7 May 2024

Denmark: the push for electric mobility requires open dialog with all municipalities

Denmark – Electric car sales are outpacing the number of charging stations. Municipalities, electricity companies and Charge Point Operators (CPO’s) must ensure that drivers do not lack charging options, tells PowerGo’s Tender Manager Frederikke Fog in the opinion piece of Altinget.

It’s a paradox.

A world with electric cars is no longer on the horizon. Motorists are embracing electrification and jumping into their electric vehicles (EV’s) to drive to work or supermarkets, while companies are starting to invest in electric trucks to deliver goods or parcels.

While sales of electric cars and trucks are increasing, the number of charging stations is not keeping up. This is revealed by the number of publicly available charging points, which, according to the Danish Car Importers Association, reached 19,191 in March, an increase of 73 percent compared to the level from March last year. At the same time, the number of electric cars has increased by 77 percent over the past 12 months.

This is worrying, especially because we risk that the lack of charging infrastructure could affect the green transition of the car fleet.

The transition depends, among other things, on the municipalities, which play a crucial role in ensuring that Denmark’s ecosystem for electric cars and electric trucks is cohesive. They put the installation of charging stations out to tender, which improves the possibilities for EV drivers to charge in public spaces.

The ecosystem is connected to the private sector, where we as CPO’s provide more, faster and greener charging points and electricity companies provide power to the chargers.

It is therefore crucial that in the private sector we engage in an open dialog with the municipalities about how we as a society can succeed in ensuring that all electric car drivers have charging options that ensure them a good everyday life with their electric car.

Frederikke Fog, PowerGo

Frederikke Fog, Tender Manager at PowerGo

PowerGo charger in Gladsaxe

"The arrival of electric trucks places demand on CPO's like PowerGo, where we are working hard to improve charging conditions for truck drivers."

Frederikke Fog

Positive initiatives from the politicians

Electric cars aren’t the only ones creating a need for the number of charging stations to keep up.

Sales of electric trucks are starting to pick up and are even exceeding the Danish Energy Agency’s expectations. In a climate projection from May last year, the agency estimated that 125 electric trucks – instead of the current 465 electric trucks – would be on the road this spring.

If we dive down and focus on heavy transportation, the arrival of electric trucks places demand on CPO’s like PowerGo, where we are working hard to improve charging conditions for truck drivers.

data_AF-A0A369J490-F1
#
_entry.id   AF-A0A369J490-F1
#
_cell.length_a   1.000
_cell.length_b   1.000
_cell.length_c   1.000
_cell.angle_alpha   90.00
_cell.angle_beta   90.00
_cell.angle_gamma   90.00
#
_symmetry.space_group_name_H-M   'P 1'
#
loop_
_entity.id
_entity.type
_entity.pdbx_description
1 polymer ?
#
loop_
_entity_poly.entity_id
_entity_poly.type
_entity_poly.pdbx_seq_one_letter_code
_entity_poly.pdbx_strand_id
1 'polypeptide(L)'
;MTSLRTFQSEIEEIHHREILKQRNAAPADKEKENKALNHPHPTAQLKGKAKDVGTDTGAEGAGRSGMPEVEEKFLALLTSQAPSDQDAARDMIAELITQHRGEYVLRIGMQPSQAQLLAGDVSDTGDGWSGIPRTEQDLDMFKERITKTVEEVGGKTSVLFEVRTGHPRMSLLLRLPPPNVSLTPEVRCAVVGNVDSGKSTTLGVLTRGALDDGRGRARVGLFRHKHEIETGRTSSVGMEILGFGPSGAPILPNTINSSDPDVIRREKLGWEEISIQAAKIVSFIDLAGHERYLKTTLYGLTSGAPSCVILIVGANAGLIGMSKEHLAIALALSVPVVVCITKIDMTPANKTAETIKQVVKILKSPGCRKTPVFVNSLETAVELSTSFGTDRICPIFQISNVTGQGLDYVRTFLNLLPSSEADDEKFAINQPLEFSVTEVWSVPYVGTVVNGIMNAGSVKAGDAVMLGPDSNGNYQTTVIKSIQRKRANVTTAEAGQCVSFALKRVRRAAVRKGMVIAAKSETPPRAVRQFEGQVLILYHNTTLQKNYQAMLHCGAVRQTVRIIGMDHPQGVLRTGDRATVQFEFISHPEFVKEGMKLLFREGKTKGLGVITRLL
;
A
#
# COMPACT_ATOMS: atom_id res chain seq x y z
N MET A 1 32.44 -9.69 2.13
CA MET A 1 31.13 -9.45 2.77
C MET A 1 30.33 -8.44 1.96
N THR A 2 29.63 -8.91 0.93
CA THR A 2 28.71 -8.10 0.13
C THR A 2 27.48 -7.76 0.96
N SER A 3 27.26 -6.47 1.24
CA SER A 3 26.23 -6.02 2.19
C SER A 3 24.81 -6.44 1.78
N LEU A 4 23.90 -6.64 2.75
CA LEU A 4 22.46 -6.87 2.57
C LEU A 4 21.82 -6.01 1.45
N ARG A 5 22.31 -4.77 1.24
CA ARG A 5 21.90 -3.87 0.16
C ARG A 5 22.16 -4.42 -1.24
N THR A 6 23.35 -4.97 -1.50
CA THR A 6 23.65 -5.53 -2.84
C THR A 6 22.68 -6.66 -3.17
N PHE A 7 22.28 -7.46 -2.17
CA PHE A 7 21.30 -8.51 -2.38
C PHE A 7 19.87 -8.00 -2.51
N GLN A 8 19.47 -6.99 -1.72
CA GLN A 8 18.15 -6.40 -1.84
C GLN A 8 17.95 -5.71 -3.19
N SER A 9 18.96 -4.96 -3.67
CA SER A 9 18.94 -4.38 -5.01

It also places demand on the municipalities and the electricity companies, because together we must ensure that truck drivers have charging options when driving goods across the country.

The development puts pressure on the Danish parliament, where the politicians have tried to look into the future. They have allocated around 700 million Danish krones for the establishment of 25 charging ‘parks’ for electric trucks with 175 fast charging points. They have also passed the AFI law, which gives municipalities and regions the authority to enter into agreements with private players for the establishment of publicly accessible electric charging stations.

Flexible tenders show the way

While we’ve seen some positive political initiatives, we hope that the politicians in the Danish parliament will help to further increase the ambitions for the green transition of the car fleet.

If we move away from parliament and delve into the municipalities, it is clear that they have a key role to play in pushing the development of the charging infrastructure. It’s a responsibility that municipalities largely take on, but one that also leaves room for some improvement.

Municipalities have the potential to make the rollout of charging stations smoother. Before the municipalities put locations out to tender, they can show flexibility and consideration with the number of charging stations, so that we as operators can bid with, for example, two to four per location. And once the municipalities have put out a tender, they can work to improve the processing time without compromising municipal professionalism.

We therefore hope that the Danish parliament will listen to whether the municipalities need subsidy schemes or exemption from tender requirements when installing charging stations. We believe this would contribute to a faster roll-out of the charging infrastructure.

Together with CPO’s, electricity companies and political parties, municipalities must ensure that we address the paradoxical development we are experiencing. This requires that we each raise our ambitions if we want the charging infrastructure to keep up with the rapid development in the number of electric cars and electric trucks.

PowerGo Chargers Gladsaxe/Vejen

"Municipalities have the potential to make the rollout of charging stations smoother."

Frederikke Fog